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Brent Barry named Oregon Superintendent of the Year

Jamie Lusch / Mail Tribune Phoenix-Talent School District Superintendent Brent Barry was named Oregon Superintendent of the Year

Owing to the school district’s outreach after the Almeda fire and a rapid deployment of online resources for affected students and staff after the fire, Phoenix-Talent Superintendent Brent Barry has been named Oregon Superintendent of the Year.

The Oregon Association of School Executives surprised Barry with the honor Monday morning during a Zoom meeting with other school district leaders across the state, according to Barry and Phoenix-Talent School District spokesman Joe Zavala.

Barry said he had an inkling something was up when he saw his staff huddled in the middle of the teleconference he was on with other school administrators. His staff were bringing in Barry’s family so they could be there his big moment.

“I knew something was a little fishy in that moment,” Barry said reflecting on the surprise. “I’m just really honored to share this with the whole district, to be honest,” Barry said.

The honor puts Barry in the running for the national superintendent of the year award issued by the American Association of School Administrators, according to a news release issued by the OASE and the Coalition of Oregon School Administrators.

The two organizations picked Barry for the honor because of the “exceptional” way the district navigated numerous challenges for its 2,375 students following the fire that demolished large parts of Phoenix and Talent and took out roughly a third of student and staff homes, according to OASE President Tim Sweeney, who is the Coquille School District superintendent.

“The exceptional way Brent dealt with the ongoing COVID pandemic made him an outstanding candidate for superintendent of the year, but it was his incredible leadership during one of the most terrifying events in the history of the state, the Almeda fire, that showed Brent’s true strength of character,” Sweeney said in the press release.

The fire rendered many school buildings inaccessible for weeks and left numerous other staff and students without internet access because the fire destroyed electrical and fiber optic lines in the center of town along South Pacific Highway.

“Just hours after Sept. 8, our role really changed to crisis management,” Barry said. “We needed to make sure our kids and families were safe.”

Barry’s staff contacted every family in the school district within one week of the fire to get a bead on where the families were located and how they were faring after the massively destructive fire.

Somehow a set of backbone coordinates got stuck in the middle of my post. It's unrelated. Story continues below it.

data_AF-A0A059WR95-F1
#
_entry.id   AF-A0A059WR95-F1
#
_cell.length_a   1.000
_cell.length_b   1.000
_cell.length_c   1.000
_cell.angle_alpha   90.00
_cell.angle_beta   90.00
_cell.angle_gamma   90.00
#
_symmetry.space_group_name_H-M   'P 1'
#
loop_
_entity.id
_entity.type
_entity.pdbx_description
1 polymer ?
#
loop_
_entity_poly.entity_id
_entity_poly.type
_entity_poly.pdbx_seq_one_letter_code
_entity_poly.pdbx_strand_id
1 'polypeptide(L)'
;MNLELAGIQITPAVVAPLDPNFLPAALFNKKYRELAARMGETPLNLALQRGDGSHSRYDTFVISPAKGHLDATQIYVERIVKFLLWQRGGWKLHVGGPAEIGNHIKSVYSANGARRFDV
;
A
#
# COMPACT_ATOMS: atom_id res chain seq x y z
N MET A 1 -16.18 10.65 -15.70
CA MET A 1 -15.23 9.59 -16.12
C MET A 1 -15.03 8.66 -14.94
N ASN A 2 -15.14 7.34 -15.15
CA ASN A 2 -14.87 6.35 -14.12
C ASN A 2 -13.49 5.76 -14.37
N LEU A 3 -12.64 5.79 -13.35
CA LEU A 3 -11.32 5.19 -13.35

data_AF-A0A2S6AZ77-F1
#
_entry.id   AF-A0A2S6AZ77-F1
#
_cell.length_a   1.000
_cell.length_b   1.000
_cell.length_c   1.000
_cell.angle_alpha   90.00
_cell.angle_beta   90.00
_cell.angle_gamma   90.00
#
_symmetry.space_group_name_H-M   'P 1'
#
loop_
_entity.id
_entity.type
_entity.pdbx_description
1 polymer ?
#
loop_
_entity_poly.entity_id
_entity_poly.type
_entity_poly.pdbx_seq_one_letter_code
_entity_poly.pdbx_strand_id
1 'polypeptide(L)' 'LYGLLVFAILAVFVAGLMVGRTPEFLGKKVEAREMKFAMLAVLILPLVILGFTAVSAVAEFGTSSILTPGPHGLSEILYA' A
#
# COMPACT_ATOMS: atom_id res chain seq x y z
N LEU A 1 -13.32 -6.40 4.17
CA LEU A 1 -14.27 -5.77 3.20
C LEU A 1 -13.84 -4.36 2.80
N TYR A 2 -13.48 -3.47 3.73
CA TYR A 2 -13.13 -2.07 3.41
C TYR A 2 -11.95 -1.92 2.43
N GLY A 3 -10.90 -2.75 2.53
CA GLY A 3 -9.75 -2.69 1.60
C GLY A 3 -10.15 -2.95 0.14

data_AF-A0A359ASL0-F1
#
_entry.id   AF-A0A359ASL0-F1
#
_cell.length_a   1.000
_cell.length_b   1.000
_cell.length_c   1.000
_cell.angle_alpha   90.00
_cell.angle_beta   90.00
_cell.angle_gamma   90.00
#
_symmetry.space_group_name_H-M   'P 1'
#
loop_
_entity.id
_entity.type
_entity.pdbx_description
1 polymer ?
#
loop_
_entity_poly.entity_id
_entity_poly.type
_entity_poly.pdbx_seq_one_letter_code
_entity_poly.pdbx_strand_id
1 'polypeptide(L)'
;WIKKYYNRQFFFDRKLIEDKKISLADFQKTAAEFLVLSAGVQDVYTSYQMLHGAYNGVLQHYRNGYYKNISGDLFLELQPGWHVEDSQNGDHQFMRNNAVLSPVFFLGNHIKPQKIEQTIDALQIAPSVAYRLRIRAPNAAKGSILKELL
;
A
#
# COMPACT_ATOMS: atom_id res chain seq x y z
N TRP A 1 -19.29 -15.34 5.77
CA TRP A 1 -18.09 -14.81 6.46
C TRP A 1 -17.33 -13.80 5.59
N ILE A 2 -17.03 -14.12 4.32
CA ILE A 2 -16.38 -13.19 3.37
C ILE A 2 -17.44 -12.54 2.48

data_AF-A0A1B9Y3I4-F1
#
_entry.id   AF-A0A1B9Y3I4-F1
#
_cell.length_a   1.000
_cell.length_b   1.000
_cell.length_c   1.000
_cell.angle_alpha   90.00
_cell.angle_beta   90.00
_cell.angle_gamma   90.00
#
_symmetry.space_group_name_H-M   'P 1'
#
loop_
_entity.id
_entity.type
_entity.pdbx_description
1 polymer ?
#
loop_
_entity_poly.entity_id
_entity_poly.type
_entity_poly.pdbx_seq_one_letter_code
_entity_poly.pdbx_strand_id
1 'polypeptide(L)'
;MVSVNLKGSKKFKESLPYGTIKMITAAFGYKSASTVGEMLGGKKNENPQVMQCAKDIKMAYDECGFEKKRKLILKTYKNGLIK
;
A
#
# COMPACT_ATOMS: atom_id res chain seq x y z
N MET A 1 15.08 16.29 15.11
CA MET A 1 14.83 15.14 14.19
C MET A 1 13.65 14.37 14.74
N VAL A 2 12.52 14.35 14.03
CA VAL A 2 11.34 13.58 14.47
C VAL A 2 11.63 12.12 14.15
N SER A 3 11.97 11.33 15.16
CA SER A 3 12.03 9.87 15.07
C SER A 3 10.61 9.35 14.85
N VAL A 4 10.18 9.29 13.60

“They were spread out all over our area, the state, the West Coast,” Barry said.

Making sure those students didn’t fall through the cracks while families were in crisis was Barry’s staff “going out in the community.”

Some families lost smart phones and computers in the fire, so the school district set up wireless routers in local motels and RV parks, created tutoring centers and connectivity stations throughout the Rogue Valley, and distributed Wi-Fi hotspot devices and Chromebooks to displaced families and staff members who needed them.

Two weeks after the fire, the school district’s online classes resumed. Barry praised help from other Southern Oregon school districts who made space to for Phoenix-Talent educators and administrators to “set up camp and really provide for our kids” after the fire.

The school district has also raised about $2 million for families affected by the fires.

Barry praised the overwhelming success of Southern Oregon business’ fundraising campaigns for getting the ball rolling.

“Resources from Rogue Credit Union, Dutch Bros. really just set us up for success right off the bat to help support our families,” Barry said.

Barry is a South Medford High School, Southern Oregon University and Linfield University grad who taught health and math classes before becoming Phoenix High School’s vice principal, Orchard Hill Elementary’s principal and assistant superintendent at Phoenix-Talent. He has been Phoenix-Talent superintendent since 2017.

Reach web editor Nick Morgan at 541-776-4471 or nmorgan@rosebudmedia.com. Follow him on Twitter @MTCrimeBeat.